Electrophoresis

Blue bands in agarose, the current bubbling.

One hundred volts on negative strands.

 

Large to small, they move.

 

We have to wait.

 

I remember

 

what I’m

waiting

 

 

for.

 

–Elizabeth Lacey

Advertisements

Hospitality

Welcome to my home: the one of “hospitality.”

Come in through the door, unlocked as you can see.

Walk down on the carpet, look off to the left.

See that you’re not welcome here; I have tried my best.

 

–Elizabeth Lacey

via Daily Prompt: Hospitality

131: I Should Have

Sequel to “I Could Have

When I first told my family I was capable of such evil, they didn’t believe me. I was a good girl. I was the favorite child. I was not a bad person.

“You didn’t do anything bad. You didn’t know about him.”

I should have known. I should have remembered my place.

My mom attempted to console me on the phone as I laid in my twin XL bed hidden under the covers. I hadn’t gotten out of bed yet for the day. I didn’t feel like it. The tears from my eyes made contact with the glass of my iPhone and made a greater area of my cheek wet. I hadn’t stopped crying today. I didn’t feel like it.

My roommate came back from the dining hall and just looked at me under the large duvet. She went back to her work and I knew that was the cue to hang up the phone. I pressed the red circle on its white icon and went back to bed.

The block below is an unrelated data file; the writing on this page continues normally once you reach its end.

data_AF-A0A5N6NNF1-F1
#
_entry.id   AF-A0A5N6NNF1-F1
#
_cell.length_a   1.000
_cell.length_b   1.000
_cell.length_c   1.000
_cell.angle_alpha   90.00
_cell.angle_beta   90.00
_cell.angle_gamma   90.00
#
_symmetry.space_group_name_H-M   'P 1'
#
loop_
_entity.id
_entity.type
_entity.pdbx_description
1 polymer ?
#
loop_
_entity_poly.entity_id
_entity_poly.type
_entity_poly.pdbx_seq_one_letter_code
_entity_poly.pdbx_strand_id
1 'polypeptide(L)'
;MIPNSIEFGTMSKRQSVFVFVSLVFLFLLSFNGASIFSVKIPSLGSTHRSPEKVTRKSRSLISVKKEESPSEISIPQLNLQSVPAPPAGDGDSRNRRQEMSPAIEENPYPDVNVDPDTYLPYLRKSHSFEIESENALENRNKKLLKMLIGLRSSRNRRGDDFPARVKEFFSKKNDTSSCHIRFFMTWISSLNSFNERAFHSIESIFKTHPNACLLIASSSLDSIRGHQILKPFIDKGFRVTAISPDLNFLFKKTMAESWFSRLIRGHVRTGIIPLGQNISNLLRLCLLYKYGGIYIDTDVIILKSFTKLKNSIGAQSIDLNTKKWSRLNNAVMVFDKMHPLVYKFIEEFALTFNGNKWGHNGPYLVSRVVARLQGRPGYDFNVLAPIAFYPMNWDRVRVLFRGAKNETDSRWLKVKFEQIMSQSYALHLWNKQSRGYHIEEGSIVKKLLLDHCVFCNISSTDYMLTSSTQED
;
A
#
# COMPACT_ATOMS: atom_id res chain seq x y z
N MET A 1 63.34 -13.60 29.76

I saw her. I saw the girlfriend on the plaza the next day. She looked through me. I looked down. The tears came back.

I should have known. I should have remembered my place.

via See Jane Write: 365 Blog Post Ideas and Writing Prompts

White Meat

I cut into the overcooked chicken, the blade

of the knife contacting the ceramic underneath.

On my own, I am returned the responsibilities that

I had hoped for.

 

This specific responsibility, I never

would have imagined to regain.

The riddance of prior supervision has rewarded me

the gift of my independence.

 

I tie up the garbage bag, just another

responsibility I did not expect to resume.

But even the most mundane of responsibilities

can be a privilege.

 

–Elizabeth Lacey

Final(s)

This word of the day was too easy. I’m sitting in yet another coffee shop—this time the classic Starbucks since it opens at 6:30 AM—doing work of some variation. I’m wearing a sweatshirt with no bra; you can see my nipples. I’m wearing my mom’s leggings; you can see panty lines. Finals are going well.

I’ve already taken my physics exam and received 0.3 above the minimum for the letter grade that I want. I’m studying biochemistry at the moment, writing in a Rhodia notebook with a sepia tone pen. I’m boujee, remember?

I always go back to this time last year. This time last year during finals week, I got mono and passed out on the floor in my dorm room. I had to be taken to the hospital by EMS. I was afraid of what could be wrong. And behold, I had mono. I attribute the kissing disease to “wet week” a month and a half prior.

I did absolutely horrible on my finals last year. Many of those grades bumped me even lower than I already had (cough, cough—genetics). Being hospitalized earlier in the month and now being sick, I had to take incompletes on my final papers. I had a ton of fun doing those over the summer. Woo hoo.